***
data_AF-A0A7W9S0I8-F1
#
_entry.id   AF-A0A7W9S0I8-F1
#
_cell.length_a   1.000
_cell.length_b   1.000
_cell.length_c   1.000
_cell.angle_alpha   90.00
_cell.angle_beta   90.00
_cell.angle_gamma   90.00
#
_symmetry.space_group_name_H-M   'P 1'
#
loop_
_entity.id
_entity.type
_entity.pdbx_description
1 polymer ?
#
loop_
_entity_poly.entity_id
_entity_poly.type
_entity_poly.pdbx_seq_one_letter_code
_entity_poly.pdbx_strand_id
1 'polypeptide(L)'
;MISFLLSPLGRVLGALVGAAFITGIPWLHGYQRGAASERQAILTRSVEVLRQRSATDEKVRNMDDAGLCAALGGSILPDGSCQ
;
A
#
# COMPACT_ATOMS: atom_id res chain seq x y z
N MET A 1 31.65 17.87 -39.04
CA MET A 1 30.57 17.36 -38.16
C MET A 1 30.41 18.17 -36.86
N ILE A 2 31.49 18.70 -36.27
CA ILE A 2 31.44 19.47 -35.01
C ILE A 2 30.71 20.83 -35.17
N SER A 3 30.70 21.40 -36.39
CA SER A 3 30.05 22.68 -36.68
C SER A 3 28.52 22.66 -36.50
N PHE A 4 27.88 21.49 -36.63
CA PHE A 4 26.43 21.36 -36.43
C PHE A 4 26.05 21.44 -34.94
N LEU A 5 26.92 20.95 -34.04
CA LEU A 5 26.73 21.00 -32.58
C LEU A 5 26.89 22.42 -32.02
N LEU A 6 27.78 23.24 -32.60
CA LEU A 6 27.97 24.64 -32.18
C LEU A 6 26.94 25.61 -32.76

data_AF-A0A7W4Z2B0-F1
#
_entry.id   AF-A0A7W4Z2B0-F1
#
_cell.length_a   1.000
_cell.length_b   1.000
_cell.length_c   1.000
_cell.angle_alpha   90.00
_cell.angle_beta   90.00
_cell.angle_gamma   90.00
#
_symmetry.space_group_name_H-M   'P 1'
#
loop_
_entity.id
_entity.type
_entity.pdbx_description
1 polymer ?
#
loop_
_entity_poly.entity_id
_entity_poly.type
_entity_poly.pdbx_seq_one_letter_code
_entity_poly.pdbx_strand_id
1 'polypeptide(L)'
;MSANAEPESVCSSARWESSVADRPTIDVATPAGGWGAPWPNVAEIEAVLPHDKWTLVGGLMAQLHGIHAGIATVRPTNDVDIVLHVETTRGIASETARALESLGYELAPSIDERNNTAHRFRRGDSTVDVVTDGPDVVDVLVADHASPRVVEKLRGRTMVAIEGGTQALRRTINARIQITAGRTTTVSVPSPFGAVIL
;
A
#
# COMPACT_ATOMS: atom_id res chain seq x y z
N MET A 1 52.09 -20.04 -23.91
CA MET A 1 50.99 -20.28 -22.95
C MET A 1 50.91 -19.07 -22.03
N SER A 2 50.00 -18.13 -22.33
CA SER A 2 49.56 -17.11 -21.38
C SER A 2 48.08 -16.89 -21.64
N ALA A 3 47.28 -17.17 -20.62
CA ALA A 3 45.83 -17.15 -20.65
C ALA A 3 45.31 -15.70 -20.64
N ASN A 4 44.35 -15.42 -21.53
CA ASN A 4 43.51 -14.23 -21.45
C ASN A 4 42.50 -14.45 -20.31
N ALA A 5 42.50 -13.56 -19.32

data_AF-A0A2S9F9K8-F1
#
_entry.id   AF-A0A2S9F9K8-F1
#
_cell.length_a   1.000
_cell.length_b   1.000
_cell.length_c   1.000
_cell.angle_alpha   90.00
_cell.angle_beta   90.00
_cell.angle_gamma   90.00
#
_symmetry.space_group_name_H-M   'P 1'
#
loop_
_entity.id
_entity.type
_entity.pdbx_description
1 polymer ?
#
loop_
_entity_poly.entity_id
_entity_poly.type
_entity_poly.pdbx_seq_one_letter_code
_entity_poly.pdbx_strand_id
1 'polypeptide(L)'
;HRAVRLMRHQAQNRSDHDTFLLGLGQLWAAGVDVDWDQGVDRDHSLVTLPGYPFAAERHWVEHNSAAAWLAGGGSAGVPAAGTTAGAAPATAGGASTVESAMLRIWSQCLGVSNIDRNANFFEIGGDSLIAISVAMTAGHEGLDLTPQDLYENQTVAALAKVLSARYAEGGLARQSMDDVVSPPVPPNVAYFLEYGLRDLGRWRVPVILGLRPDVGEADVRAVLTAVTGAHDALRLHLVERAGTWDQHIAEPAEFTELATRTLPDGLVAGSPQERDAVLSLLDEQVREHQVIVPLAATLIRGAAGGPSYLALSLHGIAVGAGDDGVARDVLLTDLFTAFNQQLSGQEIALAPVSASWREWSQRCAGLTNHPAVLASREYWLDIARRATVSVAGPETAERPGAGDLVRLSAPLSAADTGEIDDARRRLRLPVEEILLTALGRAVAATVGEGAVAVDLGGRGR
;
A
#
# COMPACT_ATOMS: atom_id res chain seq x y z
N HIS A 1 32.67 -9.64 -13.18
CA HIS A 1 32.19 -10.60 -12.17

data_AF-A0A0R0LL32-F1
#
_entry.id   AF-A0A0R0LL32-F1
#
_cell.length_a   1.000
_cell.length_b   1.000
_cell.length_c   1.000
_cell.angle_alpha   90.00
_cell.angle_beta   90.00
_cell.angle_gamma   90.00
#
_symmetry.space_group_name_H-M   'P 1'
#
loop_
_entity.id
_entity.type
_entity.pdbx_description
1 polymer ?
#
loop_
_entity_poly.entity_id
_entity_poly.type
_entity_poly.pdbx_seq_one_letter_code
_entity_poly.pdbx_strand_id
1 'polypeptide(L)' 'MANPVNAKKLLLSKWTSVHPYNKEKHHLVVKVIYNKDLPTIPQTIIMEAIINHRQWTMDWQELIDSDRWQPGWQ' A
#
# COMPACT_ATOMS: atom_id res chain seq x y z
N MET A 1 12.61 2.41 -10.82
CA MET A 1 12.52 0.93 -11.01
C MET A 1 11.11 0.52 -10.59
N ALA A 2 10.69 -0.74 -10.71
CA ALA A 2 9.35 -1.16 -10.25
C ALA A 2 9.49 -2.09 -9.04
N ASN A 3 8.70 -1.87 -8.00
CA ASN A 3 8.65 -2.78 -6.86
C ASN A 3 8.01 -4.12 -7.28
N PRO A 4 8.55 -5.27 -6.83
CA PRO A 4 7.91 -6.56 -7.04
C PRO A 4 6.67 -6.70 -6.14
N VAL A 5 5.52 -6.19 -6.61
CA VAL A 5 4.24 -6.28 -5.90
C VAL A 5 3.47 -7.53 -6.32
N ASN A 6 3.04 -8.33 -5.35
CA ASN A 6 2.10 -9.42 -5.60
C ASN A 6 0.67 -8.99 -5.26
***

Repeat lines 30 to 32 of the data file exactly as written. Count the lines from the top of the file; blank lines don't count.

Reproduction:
# COMPACT_ATOMS: atom_id res chain seq x y z
N MET A 1 31.65 17.87 -39.04
CA MET A 1 30.57 17.36 -38.16